Justice Dinesh Maheshwari : Know Your Judges.



Mr. Justice Dinesh Maheshwari is a judge of the Supreme Court of India. He completed his graduation in B.Sc. (Hons) in Physics from University of Rajasthan, Jaipur. He graduated in law from Jodhpur University and enrolled as an advocate.



Earlier he started his career at District Civil Courts of Jodhpur and also the high court of Rajasthan. He practiced mainly on Civil and constitutional sides while specializing mainly in civil; Revenue, Arbitration, and Company matters. He was as a Lawyer for many reputed organization of Rajasthan – Revenue and Excise Departments, urban improvement trust and various co-operative Banks. After a rigorous struggle and will power, he was elevated as a judge of Rajasthan.

He was transferred to Allahabad High Court and remained Senior Judge at the Lucknow Bench of Allahabad High Court from 2 March 2015. He took Oath as Chief Justice of the High Court of Meghalaya on the 24th February 2016. On transfer to Karnataka, Justice Dinesh Maheshwari took oath as 30th Chief Justice of High Court of Karnataka on 12 February 2018.[2]He took oath as Judge of Supreme Court of India on 18th January 2019.





The petitioner Anil Chitoda seeks specific order of this Court in relation to the interim order passed earlier in this petition that the same having not been specifically vacated continues to remain in operation. The matter being considered in relation to the said applications only, elaborate discussion on the merits of the case does not appear necessary; and a brief reference to the background facts and relevant aspects would suffice.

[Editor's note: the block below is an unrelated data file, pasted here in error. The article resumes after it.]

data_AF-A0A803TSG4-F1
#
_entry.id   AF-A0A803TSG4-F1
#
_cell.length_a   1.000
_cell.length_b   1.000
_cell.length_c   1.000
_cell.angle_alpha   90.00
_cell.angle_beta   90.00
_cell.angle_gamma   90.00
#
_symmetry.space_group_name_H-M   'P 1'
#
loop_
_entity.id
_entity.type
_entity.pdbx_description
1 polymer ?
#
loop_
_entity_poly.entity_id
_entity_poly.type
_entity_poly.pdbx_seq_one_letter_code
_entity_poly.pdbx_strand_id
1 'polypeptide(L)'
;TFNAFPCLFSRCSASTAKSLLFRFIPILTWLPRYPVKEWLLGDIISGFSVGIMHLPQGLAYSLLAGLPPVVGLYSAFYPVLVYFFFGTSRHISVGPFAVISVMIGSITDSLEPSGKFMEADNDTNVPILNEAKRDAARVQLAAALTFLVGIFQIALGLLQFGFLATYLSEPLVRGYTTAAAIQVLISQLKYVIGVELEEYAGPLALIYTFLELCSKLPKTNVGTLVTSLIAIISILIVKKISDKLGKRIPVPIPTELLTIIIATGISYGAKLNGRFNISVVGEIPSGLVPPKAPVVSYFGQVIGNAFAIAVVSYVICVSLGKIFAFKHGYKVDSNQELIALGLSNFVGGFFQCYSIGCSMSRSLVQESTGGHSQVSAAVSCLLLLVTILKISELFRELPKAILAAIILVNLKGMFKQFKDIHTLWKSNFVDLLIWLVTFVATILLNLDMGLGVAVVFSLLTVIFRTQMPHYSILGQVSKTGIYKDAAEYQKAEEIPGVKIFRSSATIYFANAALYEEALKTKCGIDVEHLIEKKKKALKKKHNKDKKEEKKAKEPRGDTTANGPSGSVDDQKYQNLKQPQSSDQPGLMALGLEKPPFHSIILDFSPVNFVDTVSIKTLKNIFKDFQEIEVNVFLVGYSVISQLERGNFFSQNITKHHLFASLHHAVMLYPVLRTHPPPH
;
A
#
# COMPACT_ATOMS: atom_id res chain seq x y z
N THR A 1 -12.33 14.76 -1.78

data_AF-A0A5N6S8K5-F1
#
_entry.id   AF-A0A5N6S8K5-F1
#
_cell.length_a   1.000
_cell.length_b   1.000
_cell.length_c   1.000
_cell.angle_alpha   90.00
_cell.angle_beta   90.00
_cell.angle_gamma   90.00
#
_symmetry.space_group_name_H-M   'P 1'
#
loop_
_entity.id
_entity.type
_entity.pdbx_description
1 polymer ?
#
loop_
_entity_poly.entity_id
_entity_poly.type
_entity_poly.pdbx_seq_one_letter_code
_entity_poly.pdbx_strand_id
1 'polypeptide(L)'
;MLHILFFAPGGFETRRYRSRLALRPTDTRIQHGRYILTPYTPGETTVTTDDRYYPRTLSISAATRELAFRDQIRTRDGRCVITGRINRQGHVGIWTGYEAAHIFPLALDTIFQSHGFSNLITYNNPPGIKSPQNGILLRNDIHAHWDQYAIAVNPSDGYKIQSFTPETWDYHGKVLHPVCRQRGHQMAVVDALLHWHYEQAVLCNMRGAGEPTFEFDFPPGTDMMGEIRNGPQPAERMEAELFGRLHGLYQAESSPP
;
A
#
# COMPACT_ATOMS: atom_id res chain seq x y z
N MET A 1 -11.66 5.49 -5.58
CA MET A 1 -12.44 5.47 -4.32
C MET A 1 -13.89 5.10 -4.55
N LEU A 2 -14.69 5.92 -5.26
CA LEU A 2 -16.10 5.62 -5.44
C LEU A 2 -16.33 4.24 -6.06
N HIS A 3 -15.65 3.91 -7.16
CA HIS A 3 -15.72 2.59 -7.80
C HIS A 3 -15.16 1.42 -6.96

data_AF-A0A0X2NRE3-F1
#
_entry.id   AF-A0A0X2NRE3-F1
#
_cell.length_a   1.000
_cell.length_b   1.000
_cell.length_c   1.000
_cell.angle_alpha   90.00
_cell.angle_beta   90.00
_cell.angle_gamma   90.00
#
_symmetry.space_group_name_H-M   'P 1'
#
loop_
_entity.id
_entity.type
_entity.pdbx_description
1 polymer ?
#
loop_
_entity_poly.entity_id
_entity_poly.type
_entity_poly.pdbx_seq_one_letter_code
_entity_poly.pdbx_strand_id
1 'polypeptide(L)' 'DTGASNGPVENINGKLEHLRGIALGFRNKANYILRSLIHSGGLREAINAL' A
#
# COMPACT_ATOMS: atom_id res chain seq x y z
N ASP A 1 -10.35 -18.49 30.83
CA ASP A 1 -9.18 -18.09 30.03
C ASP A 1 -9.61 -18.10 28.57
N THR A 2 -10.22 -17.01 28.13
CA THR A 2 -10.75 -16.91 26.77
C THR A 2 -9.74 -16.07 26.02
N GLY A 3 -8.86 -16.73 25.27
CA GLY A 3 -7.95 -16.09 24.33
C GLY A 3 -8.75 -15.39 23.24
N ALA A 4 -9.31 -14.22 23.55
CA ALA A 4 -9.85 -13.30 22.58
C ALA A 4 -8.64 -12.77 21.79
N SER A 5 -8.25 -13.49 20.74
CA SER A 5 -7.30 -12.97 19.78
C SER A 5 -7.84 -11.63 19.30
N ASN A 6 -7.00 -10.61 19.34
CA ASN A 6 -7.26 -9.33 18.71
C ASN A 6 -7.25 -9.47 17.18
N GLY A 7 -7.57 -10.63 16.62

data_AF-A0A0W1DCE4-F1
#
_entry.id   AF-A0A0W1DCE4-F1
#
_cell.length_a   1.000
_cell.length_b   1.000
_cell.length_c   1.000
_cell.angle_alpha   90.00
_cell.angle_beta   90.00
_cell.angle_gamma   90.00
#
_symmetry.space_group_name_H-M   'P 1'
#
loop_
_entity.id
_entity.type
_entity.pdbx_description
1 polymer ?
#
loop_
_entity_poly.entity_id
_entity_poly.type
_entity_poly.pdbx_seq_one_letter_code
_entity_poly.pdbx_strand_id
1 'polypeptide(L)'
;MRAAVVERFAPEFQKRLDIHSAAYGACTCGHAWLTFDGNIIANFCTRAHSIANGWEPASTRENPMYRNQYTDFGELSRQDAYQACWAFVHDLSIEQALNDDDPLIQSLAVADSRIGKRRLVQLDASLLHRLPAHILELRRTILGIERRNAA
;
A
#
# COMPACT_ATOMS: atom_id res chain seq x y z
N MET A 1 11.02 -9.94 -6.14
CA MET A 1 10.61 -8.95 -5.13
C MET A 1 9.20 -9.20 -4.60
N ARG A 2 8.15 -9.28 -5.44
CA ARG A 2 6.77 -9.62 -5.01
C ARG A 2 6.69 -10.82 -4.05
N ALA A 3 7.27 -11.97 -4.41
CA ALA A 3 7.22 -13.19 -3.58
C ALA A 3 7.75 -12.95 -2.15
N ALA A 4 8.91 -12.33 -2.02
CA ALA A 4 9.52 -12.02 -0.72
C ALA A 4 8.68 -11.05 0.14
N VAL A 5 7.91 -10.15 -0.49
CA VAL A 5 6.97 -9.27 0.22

It is, of course, to be made clear that in this petition only a show cause notice has been issued and the petition is to be heard for admission again. No observation herein shall have any bearing or relevance for the purpose of consideration of the case on the merits. However, looking to the overall circumstances of the case and the nature of the dispute; in order to put the record straight; and in the interest of justice, it is considered necessary that the interim order as passed in this case be extended until further orders while placing the petition for admission. Ordered accordingly. Thus petition stands closed.


Justice Maheshwari elevated as a judge of Supreme Court of India this January 2019. The sanctioned strength of judges in the Supreme Court is 31. With the swearing-in of justices, Maheshwari and the strength has now gone up to 28. The Bar Council of India (BCI) had, on Wednesday, protested the Supreme Court Collegium’s recommendation to elevate Justice Khanna by superseding several other judges and termed the decision as “whimsical and arbitrary”.

Before the BCI made a statement protesting the collegium’s decision, Justice Sanjay Kishan Kaul of the Supreme Court also wrote a note to the CJI and other members of the Collegium for ignoring the seniority of justices Nandrajog and Menon.



Every decision of the Chief Justice of India, and the Collegium headed by him/her, in matters of appointment, directly impacts, at an institutional level, the ability of the judiciary to replenish its dwindling ranks, and even more fundamentally, it impacts the very standing of the legal profession itself.

The worry that the current Chief Justice of India reflected about a lack of enthusiasm to join the Bench, is in many ways foreshadowed by the reluctance of fresh law graduates to enter the rough and tumble of litigation. At successive National Law School convocations, University Chancellors who are Chief Justices of the High Court concerned make it a point to extol students – many of them first-generation law graduates – to enter the field of litigation by assuring them of a fulfilling career that is ostensibly awaiting them in the future, and of the profession giving them their due.

What a tragedy indeed, when the very person giving the assurance cannot be sure that this assurance will reflect in his or her own career in the future!